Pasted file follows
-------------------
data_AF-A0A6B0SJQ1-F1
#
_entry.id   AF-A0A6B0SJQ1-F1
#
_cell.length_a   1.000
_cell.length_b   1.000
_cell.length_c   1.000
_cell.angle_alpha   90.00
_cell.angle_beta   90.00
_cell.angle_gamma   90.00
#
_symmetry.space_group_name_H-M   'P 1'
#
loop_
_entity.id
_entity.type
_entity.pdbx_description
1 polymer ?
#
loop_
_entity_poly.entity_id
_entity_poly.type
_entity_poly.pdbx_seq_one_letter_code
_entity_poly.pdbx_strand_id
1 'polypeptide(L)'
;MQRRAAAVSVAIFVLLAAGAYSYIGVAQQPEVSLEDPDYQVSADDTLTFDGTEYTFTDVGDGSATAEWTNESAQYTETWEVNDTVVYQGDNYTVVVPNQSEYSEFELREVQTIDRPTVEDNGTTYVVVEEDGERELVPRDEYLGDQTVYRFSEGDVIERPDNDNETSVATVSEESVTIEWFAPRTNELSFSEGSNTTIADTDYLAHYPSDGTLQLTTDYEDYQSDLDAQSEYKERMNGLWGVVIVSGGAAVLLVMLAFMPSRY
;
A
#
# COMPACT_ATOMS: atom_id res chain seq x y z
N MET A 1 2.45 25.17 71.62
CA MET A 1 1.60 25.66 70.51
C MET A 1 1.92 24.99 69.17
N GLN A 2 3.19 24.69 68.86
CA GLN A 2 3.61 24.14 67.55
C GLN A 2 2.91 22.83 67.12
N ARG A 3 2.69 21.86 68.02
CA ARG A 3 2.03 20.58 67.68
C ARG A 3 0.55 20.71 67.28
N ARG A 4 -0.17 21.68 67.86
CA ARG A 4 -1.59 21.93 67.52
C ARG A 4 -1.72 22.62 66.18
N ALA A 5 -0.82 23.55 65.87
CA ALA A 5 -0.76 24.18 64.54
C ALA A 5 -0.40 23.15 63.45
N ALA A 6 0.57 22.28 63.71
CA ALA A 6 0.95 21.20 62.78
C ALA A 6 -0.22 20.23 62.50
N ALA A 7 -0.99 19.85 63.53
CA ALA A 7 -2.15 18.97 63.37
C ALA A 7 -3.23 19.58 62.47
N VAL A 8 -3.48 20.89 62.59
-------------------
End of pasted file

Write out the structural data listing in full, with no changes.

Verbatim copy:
data_AF-A0A6B0SJQ1-F1
#
_entry.id   AF-A0A6B0SJQ1-F1
#
_cell.length_a   1.000
_cell.length_b   1.000
_cell.length_c   1.000
_cell.angle_alpha   90.00
_cell.angle_beta   90.00
_cell.angle_gamma   90.00
#
_symmetry.space_group_name_H-M   'P 1'
#
loop_
_entity.id
_entity.type
_entity.pdbx_description
1 polymer ?
#
loop_
_entity_poly.entity_id
_entity_poly.type
_entity_poly.pdbx_seq_one_letter_code
_entity_poly.pdbx_strand_id
1 'polypeptide(L)'
;MQRRAAAVSVAIFVLLAAGAYSYIGVAQQPEVSLEDPDYQVSADDTLTFDGTEYTFTDVGDGSATAEWTNESAQYTETWEVNDTVVYQGDNYTVVVPNQSEYSEFELREVQTIDRPTVEDNGTTYVVVEEDGERELVPRDEYLGDQTVYRFSEGDVIERPDNDNETSVATVSEESVTIEWFAPRTNELSFSEGSNTTIADTDYLAHYPSDGTLQLTTDYEDYQSDLDAQSEYKERMNGLWGVVIVSGGAAVLLVMLAFMPSRY
;
A
#
# COMPACT_ATOMS: atom_id res chain seq x y z
N MET A 1 2.45 25.17 71.62
CA MET A 1 1.60 25.66 70.51
C MET A 1 1.92 24.99 69.17
N GLN A 2 3.19 24.69 68.86
CA GLN A 2 3.61 24.14 67.55
C GLN A 2 2.91 22.83 67.12
N ARG A 3 2.69 21.86 68.02
CA ARG A 3 2.03 20.58 67.68
C ARG A 3 0.55 20.71 67.28
N ARG A 4 -0.17 21.68 67.86
CA ARG A 4 -1.59 21.93 67.52
C ARG A 4 -1.72 22.62 66.18
N ALA A 5 -0.82 23.55 65.87
CA ALA A 5 -0.76 24.18 64.54
C ALA A 5 -0.40 23.15 63.45
N ALA A 6 0.57 22.28 63.71
CA ALA A 6 0.95 21.20 62.78
C ALA A 6 -0.22 20.23 62.50
N ALA A 7 -0.99 19.85 63.53
CA ALA A 7 -2.15 18.97 63.37
C ALA A 7 -3.23 19.58 62.47
N VAL A 8 -3.48 20.89 62.59